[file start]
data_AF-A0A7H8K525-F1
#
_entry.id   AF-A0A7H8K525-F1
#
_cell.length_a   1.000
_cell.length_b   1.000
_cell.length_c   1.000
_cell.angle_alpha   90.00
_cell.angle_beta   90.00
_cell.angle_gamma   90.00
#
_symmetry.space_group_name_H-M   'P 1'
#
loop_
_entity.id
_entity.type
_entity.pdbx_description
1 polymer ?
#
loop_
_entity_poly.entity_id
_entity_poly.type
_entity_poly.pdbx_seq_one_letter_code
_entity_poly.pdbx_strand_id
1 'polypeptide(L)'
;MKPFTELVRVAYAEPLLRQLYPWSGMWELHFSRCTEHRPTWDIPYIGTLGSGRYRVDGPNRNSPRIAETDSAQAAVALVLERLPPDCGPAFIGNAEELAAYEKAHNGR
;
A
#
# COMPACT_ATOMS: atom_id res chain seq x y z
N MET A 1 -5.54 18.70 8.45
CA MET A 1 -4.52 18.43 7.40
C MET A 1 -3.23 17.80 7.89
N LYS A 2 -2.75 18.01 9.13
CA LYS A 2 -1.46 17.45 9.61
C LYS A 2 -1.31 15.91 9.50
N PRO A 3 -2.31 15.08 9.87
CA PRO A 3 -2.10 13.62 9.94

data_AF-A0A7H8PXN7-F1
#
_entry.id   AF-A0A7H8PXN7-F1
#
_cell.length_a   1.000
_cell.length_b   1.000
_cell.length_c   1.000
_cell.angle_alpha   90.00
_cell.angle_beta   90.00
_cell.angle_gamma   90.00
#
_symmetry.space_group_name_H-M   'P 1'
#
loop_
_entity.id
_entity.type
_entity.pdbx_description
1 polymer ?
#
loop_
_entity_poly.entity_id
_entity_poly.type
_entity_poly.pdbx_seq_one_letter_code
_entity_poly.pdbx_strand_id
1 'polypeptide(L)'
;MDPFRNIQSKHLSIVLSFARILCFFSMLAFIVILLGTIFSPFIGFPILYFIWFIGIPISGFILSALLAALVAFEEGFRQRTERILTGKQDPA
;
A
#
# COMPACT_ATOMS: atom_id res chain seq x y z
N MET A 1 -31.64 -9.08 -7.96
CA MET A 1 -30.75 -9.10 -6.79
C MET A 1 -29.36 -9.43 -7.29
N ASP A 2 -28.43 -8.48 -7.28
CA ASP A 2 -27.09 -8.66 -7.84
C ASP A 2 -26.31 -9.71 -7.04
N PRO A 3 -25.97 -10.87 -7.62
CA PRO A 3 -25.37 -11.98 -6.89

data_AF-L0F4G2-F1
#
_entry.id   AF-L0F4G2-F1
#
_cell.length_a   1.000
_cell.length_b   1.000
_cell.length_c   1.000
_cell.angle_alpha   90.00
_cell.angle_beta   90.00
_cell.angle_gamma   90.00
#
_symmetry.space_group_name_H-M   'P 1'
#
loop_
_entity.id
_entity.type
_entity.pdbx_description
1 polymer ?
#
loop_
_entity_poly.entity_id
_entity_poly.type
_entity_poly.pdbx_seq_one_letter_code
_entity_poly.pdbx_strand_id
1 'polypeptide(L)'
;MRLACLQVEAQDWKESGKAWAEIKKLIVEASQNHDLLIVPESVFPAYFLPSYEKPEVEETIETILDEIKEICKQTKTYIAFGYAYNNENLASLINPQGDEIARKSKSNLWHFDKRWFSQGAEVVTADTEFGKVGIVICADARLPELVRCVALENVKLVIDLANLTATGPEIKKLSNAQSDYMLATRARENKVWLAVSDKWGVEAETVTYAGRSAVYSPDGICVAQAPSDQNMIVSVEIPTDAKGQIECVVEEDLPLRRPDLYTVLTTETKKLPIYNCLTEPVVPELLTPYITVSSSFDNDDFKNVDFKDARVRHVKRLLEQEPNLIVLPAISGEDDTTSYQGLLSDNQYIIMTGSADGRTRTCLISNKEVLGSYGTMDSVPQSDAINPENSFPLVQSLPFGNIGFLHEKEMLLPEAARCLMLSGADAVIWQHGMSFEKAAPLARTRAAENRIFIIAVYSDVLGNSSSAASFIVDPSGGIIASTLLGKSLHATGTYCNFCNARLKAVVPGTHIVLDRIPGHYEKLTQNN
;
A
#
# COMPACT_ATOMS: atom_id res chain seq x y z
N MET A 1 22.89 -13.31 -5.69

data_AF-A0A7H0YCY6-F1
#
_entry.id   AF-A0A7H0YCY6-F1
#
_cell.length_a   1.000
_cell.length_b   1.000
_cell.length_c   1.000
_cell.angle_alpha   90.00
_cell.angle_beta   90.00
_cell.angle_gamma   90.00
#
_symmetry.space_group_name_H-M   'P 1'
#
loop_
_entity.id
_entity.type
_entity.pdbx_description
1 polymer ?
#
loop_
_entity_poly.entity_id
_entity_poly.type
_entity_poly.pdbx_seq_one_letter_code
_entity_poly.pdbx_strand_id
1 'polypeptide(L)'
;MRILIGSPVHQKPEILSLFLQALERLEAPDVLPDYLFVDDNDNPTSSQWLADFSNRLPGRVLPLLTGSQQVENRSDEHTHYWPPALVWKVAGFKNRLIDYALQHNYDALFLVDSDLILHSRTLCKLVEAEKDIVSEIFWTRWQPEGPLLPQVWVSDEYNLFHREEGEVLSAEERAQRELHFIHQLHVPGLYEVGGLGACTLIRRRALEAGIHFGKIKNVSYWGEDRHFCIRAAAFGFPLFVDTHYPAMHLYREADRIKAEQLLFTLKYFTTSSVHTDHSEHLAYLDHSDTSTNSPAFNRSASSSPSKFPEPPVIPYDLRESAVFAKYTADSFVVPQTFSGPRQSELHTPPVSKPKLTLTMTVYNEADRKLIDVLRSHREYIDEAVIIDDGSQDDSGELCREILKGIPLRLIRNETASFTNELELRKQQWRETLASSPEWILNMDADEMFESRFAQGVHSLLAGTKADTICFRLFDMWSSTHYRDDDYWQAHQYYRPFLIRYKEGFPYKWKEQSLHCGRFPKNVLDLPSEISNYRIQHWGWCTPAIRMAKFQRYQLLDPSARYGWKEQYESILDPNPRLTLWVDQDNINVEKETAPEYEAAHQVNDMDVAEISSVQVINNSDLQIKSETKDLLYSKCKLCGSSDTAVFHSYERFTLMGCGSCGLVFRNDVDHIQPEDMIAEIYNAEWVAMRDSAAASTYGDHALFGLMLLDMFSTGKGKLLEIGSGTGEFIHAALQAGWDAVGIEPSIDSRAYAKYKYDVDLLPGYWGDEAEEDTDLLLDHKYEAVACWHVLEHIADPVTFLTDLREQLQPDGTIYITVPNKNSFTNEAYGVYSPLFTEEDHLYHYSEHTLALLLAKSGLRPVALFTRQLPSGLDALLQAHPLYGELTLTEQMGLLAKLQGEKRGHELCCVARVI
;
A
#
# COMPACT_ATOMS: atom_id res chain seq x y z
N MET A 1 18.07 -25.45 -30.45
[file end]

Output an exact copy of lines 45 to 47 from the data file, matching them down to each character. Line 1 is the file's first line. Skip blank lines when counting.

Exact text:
_cell.length_c   1.000
_cell.angle_alpha   90.00
_cell.angle_beta   90.00